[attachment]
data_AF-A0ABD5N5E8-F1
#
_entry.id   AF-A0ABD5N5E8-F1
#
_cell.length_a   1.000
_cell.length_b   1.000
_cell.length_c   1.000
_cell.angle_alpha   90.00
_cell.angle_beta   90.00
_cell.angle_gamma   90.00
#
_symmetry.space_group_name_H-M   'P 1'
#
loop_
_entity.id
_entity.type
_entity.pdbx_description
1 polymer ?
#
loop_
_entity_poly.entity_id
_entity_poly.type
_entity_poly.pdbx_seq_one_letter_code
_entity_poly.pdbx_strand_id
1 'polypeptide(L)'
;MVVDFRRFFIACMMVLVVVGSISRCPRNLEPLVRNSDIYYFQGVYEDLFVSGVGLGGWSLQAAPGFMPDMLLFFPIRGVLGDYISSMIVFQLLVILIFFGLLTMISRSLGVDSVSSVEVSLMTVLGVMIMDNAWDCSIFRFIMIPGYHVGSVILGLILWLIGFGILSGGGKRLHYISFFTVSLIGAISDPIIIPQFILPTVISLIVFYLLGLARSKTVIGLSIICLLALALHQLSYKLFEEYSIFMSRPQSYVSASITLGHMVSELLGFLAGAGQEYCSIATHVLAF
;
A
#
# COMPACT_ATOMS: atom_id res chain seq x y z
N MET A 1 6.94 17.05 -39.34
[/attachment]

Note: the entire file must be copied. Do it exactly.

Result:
data_AF-A0ABD5N5E8-F1
#
_entry.id   AF-A0ABD5N5E8-F1
#
_cell.length_a   1.000
_cell.length_b   1.000
_cell.length_c   1.000
_cell.angle_alpha   90.00
_cell.angle_beta   90.00
_cell.angle_gamma   90.00
#
_symmetry.space_group_name_H-M   'P 1'
#
loop_
_entity.id
_entity.type
_entity.pdbx_description
1 polymer ?
#
loop_
_entity_poly.entity_id
_entity_poly.type
_entity_poly.pdbx_seq_one_letter_code
_entity_poly.pdbx_strand_id
1 'polypeptide(L)'
;MVVDFRRFFIACMMVLVVVGSISRCPRNLEPLVRNSDIYYFQGVYEDLFVSGVGLGGWSLQAAPGFMPDMLLFFPIRGVLGDYISSMIVFQLLVILIFFGLLTMISRSLGVDSVSSVEVSLMTVLGVMIMDNAWDCSIFRFIMIPGYHVGSVILGLILWLIGFGILSGGGKRLHYISFFTVSLIGAISDPIIIPQFILPTVISLIVFYLLGLARSKTVIGLSIICLLALALHQLSYKLFEEYSIFMSRPQSYVSASITLGHMVSELLGFLAGAGQEYCSIATHVLAF
;
A
#
# COMPACT_ATOMS: atom_id res chain seq x y z
N MET A 1 6.94 17.05 -39.34